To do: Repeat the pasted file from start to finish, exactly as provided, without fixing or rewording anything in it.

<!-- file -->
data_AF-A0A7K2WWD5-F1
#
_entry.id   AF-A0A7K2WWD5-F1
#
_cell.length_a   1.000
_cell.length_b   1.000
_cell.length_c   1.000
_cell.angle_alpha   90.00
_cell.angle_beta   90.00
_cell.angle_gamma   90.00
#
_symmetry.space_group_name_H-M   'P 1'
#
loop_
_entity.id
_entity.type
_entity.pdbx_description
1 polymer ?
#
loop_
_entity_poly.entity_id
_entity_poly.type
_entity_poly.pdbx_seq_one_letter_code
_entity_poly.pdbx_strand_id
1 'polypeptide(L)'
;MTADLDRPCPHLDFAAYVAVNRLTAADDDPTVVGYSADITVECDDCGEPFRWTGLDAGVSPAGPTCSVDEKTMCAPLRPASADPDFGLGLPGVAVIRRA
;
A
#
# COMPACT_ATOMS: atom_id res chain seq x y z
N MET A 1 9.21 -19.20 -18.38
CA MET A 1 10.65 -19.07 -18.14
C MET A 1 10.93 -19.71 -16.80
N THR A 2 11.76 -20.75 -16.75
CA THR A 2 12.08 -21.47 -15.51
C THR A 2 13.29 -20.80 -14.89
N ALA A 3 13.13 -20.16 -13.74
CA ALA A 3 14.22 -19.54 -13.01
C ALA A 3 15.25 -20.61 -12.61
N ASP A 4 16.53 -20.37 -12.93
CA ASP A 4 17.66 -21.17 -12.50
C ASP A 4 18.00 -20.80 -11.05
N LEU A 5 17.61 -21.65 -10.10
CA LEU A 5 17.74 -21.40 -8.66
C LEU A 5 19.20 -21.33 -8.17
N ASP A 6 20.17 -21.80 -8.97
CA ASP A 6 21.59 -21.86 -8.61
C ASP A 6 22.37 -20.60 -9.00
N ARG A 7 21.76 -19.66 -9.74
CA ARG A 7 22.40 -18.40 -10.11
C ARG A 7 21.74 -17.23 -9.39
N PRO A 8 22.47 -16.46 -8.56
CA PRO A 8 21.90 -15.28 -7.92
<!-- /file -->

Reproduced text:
data_AF-A0A7K2WWD5-F1
#
_entry.id   AF-A0A7K2WWD5-F1
#
_cell.length_a   1.000
_cell.length_b   1.000
_cell.length_c   1.000
_cell.angle_alpha   90.00
_cell.angle_beta   90.00
_cell.angle_gamma   90.00
#
_symmetry.space_group_name_H-M   'P 1'
#
loop_
_entity.id
_entity.type
_entity.pdbx_description
1 polymer ?
#
loop_
_entity_poly.entity_id
_entity_poly.type
_entity_poly.pdbx_seq_one_letter_code
_entity_poly.pdbx_strand_id
1 'polypeptide(L)'
;MTADLDRPCPHLDFAAYVAVNRLTAADDDPTVVGYSADITVECDDCGEPFRWTGLDAGVSPAGPTCSVDEKTMCAPLRPASADPDFGLGLPGVAVIRRA
;
A
#
# COMPACT_ATOMS: atom_id res chain seq x y z
N MET A 1 9.21 -19.20 -18.38
CA MET A 1 10.65 -19.07 -18.14
C MET A 1 10.93 -19.71 -16.80
N THR A 2 11.76 -20.75 -16.75
CA THR A 2 12.08 -21.47 -15.51
C THR A 2 13.29 -20.80 -14.89
N ALA A 3 13.13 -20.16 -13.74
CA ALA A 3 14.22 -19.54 -13.01
C ALA A 3 15.25 -20.61 -12.61
N ASP A 4 16.53 -20.37 -12.93
CA ASP A 4 17.66 -21.17 -12.50
C ASP A 4 18.00 -20.80 -11.05
N LEU A 5 17.61 -21.65 -10.10
CA LEU A 5 17.74 -21.40 -8.66
C LEU A 5 19.20 -21.33 -8.17
N ASP A 6 20.17 -21.80 -8.97
CA ASP A 6 21.59 -21.86 -8.61
C ASP A 6 22.37 -20.60 -9.00
N ARG A 7 21.76 -19.66 -9.74
CA ARG A 7 22.40 -18.40 -10.11
C ARG A 7 21.74 -17.23 -9.39
N PRO A 8 22.47 -16.46 -8.56
CA PRO A 8 21.90 -15.28 -7.92